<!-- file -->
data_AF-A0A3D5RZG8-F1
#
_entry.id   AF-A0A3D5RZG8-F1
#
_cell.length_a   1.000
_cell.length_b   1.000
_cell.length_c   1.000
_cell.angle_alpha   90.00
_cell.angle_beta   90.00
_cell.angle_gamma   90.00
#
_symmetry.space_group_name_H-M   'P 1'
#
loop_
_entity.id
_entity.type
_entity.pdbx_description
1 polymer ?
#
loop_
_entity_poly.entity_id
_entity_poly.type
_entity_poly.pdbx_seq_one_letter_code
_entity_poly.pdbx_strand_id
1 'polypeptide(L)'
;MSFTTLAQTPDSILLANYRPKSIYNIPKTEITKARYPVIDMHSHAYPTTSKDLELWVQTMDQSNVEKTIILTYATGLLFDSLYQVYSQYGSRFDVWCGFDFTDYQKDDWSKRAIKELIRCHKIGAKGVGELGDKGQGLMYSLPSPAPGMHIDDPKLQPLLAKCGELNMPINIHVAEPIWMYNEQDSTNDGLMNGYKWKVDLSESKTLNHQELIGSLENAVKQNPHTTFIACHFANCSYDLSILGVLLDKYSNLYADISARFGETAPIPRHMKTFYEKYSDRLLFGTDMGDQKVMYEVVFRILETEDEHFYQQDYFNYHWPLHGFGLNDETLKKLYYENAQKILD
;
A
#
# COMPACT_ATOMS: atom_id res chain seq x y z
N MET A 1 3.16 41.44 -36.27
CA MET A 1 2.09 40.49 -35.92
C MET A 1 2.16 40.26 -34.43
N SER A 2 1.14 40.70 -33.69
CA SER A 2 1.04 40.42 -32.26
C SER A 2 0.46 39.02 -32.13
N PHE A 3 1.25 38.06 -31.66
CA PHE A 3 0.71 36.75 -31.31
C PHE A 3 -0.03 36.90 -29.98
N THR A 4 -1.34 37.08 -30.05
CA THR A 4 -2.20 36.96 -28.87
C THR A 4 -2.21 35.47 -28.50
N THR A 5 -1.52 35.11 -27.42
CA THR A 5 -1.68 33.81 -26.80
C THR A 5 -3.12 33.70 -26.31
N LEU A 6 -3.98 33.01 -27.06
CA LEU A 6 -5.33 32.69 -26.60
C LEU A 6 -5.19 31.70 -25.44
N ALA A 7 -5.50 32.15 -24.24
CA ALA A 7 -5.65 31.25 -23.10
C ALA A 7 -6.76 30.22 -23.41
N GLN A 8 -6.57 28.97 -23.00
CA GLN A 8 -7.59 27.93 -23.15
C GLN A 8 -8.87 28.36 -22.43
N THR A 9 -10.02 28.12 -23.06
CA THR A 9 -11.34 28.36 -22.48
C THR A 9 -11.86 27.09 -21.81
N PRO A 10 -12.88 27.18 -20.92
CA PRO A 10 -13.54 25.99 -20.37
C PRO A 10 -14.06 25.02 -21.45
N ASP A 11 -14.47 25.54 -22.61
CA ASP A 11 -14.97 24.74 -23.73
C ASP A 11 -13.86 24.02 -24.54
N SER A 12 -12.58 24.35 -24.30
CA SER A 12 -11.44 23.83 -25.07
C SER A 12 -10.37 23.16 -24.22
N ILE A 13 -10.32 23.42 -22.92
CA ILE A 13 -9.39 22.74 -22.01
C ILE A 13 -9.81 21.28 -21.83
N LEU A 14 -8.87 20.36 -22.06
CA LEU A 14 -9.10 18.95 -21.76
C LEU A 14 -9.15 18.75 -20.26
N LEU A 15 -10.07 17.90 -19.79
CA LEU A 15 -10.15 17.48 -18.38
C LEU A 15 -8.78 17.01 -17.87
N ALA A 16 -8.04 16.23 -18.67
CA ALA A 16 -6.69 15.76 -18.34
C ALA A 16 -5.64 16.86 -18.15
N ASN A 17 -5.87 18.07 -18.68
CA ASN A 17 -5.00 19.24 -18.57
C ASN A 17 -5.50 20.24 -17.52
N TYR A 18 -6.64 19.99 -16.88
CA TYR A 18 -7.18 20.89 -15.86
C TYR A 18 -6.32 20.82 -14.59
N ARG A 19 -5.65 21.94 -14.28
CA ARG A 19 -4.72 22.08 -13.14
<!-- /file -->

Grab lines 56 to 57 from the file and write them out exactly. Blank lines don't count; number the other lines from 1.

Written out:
CA THR A 9 -11.34 28.36 -22.48
C THR A 9 -11.86 27.09 -21.81